Diesel engines are often the pick for SUV applications. The late addition of the Nissan Dualis TS diesel gives the sub-compact SUV range a much-needed performance boost and an economy reduction. It does, however, cost more.
The single-trim Nissan Dualis TS uses a 1.6-litre turbo-diesel, mated exclusively with a six-speed manual transmission and front-wheel-drive layout.
At $29,990 the Dualis TS costs $4000 more than the entry-level petrol-powered Dualis ST model on which it’s based.
In addition to the diesel engine, the TS over the ST adds front fog lights, rear privacy glass and exterior chrome highlights. Standard on both models are alloy wheels, cruise control, and a six-speaker stereo with AUX/USB inputs and iPod and Bluetooth connectivity with audio streaming. Impressively, satellite navigation and a leather-trimmed steering wheel are also standard, though climate control is missing.
The Renault-sourced turbo-diesel outputs 96kW of power at 4000rpm. Crucially, however, its healthy peak torque of 320Nm (delivered at a low 1750rpm) hands it a 122Nm advantage over the 2.0-litre non-turbo petrol Dualis, and at 2650rpm earlier in the rev range.
That torque figure also not only matches the Skoda Yeti’s larger 2.0-litre turbo-diesel engine’s output, it betters the Mitsubishi ASX’s 1.8-litre turbo-diesel by 20Nm. Other currently available sub-compact SUV rivals like the Subaru XV don’t offer torquey diesels, and out of the upcoming Renault Captur, Ford EcoSport and Holden Trax, only the latter will.
The Dualis TS is also the range’s most efficient model, claiming a combined cycle fuel consumption figure of 4.5 litres per 100km – CO2
is also top at 119 grams per kilometre. It also uniquely gets stop-start technology. Over our time with the car we saw impressive figures as low as 3.6L/100km but averaged 5.9L/100km.
Where the diesel engine starts to lose favour is with its lack of off-the-mark pickup and bottom-end torque.
The turbo-diesel’s soft initial boost means very little pulling power is available around 1200-1500rpm. Once up and going, though, and moving through the terrific – if a little long-geared – six-speed gearbox, the engine feels much happier ticking away around 2000rpm. By 2200-2500rpm it becomes quite punchy relative to its small capacity.
The engine is a bit noisy at idle, but does smooth out as revs rise.
What the Dualis TS needs – both in driveability terms and to help with its popularity in this market – is an automatic transmission. Sadly, one isn’t offered with this engine anywhere in the world.
The TS rides well on its standard 17-inch alloy wheels and tall-profile Bridgestone tyres, maintaining good compliance over small bumps, potholes and road imperfections. Larger bumps, big road joins and consistent ruts can upset it, however, resulting in some shuddering through the chassis and cabin.
Slow rear damping can also see the back end move around over mid-corner bumps but body control remains respectable; speed bumps are dispatched with ease. Roll is present when cornering but it is an inherently balanced chassis and certainly not as soggy as its larger X-Trail sibling. The brakes too have a natural and progressive feel and stop the 1407kg diesel Dualis well.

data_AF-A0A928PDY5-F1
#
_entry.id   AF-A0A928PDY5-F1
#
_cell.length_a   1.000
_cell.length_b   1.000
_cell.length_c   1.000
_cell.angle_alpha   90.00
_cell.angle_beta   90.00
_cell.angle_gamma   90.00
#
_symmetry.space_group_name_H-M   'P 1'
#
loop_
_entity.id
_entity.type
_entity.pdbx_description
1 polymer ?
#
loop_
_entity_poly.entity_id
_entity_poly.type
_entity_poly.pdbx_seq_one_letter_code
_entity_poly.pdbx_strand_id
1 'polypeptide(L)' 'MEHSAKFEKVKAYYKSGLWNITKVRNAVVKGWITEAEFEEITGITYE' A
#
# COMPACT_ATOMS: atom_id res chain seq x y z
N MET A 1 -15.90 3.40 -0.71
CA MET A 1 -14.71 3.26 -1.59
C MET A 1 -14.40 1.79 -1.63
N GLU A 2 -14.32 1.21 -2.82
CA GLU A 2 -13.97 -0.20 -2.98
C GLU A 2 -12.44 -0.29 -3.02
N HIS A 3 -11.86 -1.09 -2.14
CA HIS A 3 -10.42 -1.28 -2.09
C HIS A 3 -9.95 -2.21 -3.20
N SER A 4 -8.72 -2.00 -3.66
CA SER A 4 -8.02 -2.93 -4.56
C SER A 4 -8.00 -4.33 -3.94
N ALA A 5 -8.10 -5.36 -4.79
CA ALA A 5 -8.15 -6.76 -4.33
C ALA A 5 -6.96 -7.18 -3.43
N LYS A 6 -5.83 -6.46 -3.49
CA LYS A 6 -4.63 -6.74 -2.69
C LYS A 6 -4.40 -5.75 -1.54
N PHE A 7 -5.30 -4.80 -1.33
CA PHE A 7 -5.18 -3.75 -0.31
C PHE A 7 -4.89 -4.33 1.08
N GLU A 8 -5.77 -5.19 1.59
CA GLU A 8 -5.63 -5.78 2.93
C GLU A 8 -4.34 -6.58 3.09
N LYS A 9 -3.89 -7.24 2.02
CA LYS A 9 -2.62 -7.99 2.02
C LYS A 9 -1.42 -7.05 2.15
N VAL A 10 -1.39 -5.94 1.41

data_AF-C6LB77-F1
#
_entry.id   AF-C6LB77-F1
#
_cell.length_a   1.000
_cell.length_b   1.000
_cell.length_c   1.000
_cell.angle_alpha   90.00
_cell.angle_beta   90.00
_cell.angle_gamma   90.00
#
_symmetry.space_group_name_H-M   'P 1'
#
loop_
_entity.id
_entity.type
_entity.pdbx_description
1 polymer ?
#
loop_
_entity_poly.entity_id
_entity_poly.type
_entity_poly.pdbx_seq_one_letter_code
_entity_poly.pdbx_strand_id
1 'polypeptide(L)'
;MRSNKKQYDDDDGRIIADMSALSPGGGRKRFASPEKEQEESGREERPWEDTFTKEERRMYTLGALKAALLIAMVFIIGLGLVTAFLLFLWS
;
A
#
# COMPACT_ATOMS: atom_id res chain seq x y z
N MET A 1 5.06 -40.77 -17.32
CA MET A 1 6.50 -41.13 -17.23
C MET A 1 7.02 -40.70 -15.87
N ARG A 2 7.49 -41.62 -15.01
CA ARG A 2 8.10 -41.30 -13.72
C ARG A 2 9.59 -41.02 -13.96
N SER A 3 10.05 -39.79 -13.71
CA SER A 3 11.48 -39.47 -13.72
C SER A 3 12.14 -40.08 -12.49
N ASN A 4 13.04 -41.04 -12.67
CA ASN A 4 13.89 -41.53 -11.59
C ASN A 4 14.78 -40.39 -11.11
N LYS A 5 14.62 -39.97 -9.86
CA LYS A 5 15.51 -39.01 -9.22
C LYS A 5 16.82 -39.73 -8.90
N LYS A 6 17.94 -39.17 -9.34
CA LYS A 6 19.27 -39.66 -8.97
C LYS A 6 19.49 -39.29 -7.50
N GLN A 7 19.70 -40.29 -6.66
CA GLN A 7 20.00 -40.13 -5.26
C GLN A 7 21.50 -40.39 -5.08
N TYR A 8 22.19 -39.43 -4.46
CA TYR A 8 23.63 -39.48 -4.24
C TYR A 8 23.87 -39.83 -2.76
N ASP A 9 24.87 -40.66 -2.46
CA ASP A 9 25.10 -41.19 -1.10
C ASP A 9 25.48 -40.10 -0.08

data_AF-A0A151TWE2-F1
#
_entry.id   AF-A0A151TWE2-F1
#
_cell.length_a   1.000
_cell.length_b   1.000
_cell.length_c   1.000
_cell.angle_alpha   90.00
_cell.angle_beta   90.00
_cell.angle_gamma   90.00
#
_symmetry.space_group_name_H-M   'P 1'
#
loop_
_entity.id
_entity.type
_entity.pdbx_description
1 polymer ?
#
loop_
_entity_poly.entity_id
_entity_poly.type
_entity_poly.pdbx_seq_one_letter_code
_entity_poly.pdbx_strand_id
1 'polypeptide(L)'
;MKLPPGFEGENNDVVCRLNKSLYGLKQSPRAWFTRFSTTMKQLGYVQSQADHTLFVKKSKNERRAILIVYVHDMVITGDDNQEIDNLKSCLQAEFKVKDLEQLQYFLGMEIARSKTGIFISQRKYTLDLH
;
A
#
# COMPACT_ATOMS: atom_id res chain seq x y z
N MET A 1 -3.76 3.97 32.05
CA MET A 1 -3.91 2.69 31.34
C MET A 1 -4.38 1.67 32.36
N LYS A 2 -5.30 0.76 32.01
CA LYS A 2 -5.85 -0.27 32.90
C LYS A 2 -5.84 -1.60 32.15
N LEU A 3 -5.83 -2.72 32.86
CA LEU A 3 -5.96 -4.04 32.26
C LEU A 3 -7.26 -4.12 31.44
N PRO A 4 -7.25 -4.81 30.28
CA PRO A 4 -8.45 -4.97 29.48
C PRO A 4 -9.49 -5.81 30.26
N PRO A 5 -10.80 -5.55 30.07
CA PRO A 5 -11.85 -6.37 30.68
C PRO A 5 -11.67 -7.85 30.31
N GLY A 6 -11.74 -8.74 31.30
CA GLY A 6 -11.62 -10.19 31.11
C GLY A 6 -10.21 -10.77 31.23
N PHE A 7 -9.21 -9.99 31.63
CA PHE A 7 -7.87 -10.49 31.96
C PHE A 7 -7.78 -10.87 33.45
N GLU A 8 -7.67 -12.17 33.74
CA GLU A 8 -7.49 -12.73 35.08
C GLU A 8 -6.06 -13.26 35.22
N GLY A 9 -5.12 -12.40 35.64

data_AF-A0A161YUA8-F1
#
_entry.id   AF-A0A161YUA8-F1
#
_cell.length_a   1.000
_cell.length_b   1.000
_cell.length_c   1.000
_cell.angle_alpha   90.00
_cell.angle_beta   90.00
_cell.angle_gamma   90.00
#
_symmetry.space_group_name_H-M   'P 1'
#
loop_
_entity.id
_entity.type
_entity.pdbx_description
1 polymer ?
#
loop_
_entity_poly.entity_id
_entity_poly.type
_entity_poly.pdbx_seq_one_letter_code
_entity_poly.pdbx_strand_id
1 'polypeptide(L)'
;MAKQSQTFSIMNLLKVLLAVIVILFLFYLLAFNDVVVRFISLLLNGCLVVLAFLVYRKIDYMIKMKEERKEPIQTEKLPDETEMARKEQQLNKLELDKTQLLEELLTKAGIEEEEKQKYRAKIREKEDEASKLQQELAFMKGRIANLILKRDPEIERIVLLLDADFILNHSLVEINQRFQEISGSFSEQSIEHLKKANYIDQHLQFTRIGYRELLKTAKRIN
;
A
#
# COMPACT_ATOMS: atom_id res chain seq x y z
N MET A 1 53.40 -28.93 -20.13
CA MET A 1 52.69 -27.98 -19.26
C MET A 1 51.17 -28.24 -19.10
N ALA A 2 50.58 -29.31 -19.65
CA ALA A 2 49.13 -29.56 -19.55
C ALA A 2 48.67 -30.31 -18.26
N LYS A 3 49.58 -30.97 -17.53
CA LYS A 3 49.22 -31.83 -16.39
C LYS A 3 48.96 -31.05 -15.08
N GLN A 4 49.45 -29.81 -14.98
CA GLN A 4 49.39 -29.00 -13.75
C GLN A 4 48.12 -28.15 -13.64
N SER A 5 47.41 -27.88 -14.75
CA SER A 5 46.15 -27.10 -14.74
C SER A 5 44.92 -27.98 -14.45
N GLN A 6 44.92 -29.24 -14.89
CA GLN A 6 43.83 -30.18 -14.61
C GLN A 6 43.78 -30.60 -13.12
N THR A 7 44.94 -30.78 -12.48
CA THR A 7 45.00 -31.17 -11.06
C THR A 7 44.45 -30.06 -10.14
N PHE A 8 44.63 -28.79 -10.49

While the front-wheeler’s electro-mechanical steering is a little slow and doughy off-centre, the light weighting is at least consistent. The rack itself is direct too although lacking in feel. A good 10.6m turning circle is also a plus when negotiating tight car parks and shopping centres, as is the Dualis’ good overall vision. The SUV’s large C-pillar does limit over-the-shoulder vision when reversing, though, this is helped by the standard reversing camera.
Inside, the Dualis TS offers the same tilt- and reach-adjustable leather-wrapped steering wheel with audio and phone controls as the rest of the range.
Soft touch material on the dashboard and top of the doors mixes neatly with a harder, smoother plastic used for the centre stack and interior door handle, making for a simple but clean feel.
The standard five-inch colour touchscreen with satellite navigation is small and basic, with the system itself slow to use and navigate and slow to route maps.
No auto lights (standard on the top-spec Ti-L), no ‘welcome home’ lights when unlocking or locking the car, and no interior lights to accompany the driver and passenger sun visor vanity mirrors are also noticeable omissions.
A 410-litre boot is larger than some SUV models in the class above, though it’s only 15L larger than a Volkswagen Golf’s.
Nissan’s six-year/120,000km capped-price servicing program costs between $277.18 to $605.22 for each six-month/10,000km scheduled service, for a 72-month total of $4620.48 – $548.73 more than the Dualis ST.
Based on the diesel Dualis TS and petrol ST models’ respective combined cycle fuel consumption claims, over the 15,000km travelled on average by Australians each year (with diesel costing $1.50 per litre and petrol $1.30 per litre), the diesel will take $1599 from your wallet – $526.50 less than the petrol.
Is a $500 per year fuel saving, offset by around $100 extra servicing cost per year, enough to pick the diesel Dualis over the petrol? While it may take around a decade to recoup the initial outlay, the Nissan Dualis TS is definitely a better drive than the petrol, provided you don’t require an automatic transmission.